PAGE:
Doctors sometimes prescribe antipsychotic drugs to treat behavior disorders in youths who don’t respond to traditional medications. Researchers at Washington University School of Medicine in St. Louis and Florida Atlantic University have found that young people taking antipsychotics for as little as 12 weeks experience significant gains in body fat and also become less sensitive to insulin.
School of Medicine researchers have found that the pathways through which various types of brain cells are damaged by Alzheimer’s disease varies, depending on the genes involved. The findings are published in the journal Genome Medicine.
Scientists from the School of Medicine have zeroed in on a culprit that spurs damaging inflammation in the heart following a heart attack. The guilty party is a type of immune cell that tries to heal the injured heart but instead triggers inflammation that leads to even more damage.
Youth baseball leagues often have fairly strict limits on how many innings pitchers can pitch or how many pitches a player can throw. But for girls playing fast-pitch softball, such guidelines are rare. School of Medicine sports medicine specialists have found that many pitchers aren’t getting enough time to recover and are experiencing shoulder fatigue, pain, weakness and injury.
Recognition of a disconnect between what patients with serious mental illness want and what health providers think they want appears to be a crucial step in reducing smoking rates among such patients, School of Medicine researchers found.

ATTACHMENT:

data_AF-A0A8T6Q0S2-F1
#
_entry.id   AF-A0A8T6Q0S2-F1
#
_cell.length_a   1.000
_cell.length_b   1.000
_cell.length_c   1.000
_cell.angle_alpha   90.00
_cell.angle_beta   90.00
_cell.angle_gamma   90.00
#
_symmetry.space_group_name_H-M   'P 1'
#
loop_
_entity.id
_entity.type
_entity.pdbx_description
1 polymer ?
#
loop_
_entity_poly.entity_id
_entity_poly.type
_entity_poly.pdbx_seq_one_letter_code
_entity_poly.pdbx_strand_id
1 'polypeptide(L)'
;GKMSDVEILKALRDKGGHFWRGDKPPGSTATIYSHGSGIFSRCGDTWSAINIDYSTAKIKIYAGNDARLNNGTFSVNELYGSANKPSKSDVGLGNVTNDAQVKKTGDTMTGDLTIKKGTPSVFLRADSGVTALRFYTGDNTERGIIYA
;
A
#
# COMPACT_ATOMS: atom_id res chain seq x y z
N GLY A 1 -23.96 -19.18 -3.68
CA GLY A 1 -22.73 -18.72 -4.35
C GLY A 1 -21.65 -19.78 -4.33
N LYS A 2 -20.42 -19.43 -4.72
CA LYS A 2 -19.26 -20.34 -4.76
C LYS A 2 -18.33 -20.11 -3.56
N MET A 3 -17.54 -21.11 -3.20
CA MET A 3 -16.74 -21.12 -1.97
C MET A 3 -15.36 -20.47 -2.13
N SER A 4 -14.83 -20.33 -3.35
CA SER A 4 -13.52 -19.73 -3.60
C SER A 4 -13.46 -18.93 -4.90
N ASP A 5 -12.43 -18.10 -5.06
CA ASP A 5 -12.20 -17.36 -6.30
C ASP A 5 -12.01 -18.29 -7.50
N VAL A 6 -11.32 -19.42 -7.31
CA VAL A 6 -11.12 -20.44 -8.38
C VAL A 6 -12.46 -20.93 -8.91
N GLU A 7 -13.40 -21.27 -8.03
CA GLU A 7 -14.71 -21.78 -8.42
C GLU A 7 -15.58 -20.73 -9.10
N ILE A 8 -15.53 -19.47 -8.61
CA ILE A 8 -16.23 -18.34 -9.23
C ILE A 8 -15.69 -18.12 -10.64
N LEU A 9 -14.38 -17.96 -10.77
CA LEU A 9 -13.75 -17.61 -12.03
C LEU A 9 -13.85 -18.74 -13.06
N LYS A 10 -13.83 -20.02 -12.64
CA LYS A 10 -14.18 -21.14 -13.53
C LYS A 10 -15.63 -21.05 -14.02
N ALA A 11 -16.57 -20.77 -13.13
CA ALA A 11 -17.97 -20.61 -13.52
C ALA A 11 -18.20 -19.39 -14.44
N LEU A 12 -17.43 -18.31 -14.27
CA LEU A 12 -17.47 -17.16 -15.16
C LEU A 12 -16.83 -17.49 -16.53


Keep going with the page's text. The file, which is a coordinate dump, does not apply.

Parkinson’s disease is caused by the injury or death of brain cells known as dopaminergic neurons. A new School of Medicine study shows that people who take drugs that suppress the immune system are less likely to develop the disease, which is characterized by difficulty with movement.
Most people with the deadly brain cancer glioblastoma die less than 18 months after diagnosis. But a multicenter clinical trial of a personalized vaccine that targets the aggressive cancer has indicated improved survival rates for such patients. The study appears May 29 in the Journal of Translational Medicine.
The School of Medicine’s Jeffrey I. Gordon, MD, has received the 2018 Copley Medal from the Royal Society in Britain. He is being honored for his studies of human gut microbial communities, which have led to a fundamental shift in the way scientists understand the relationship between microbes, health and disease.
Two new studies of patients with difficult-to-control asthma show that the eczema drug dupilumab alleviates asthma symptoms and improves patients’ ability to breathe better than standard therapies. Researchers at the School of Medicine and colleagues elsewhere conducted the studies.
Researchers at the School of Medicine and colleagues at Northwestern University and elsewhere have uncovered new clues in early lung transplant failure.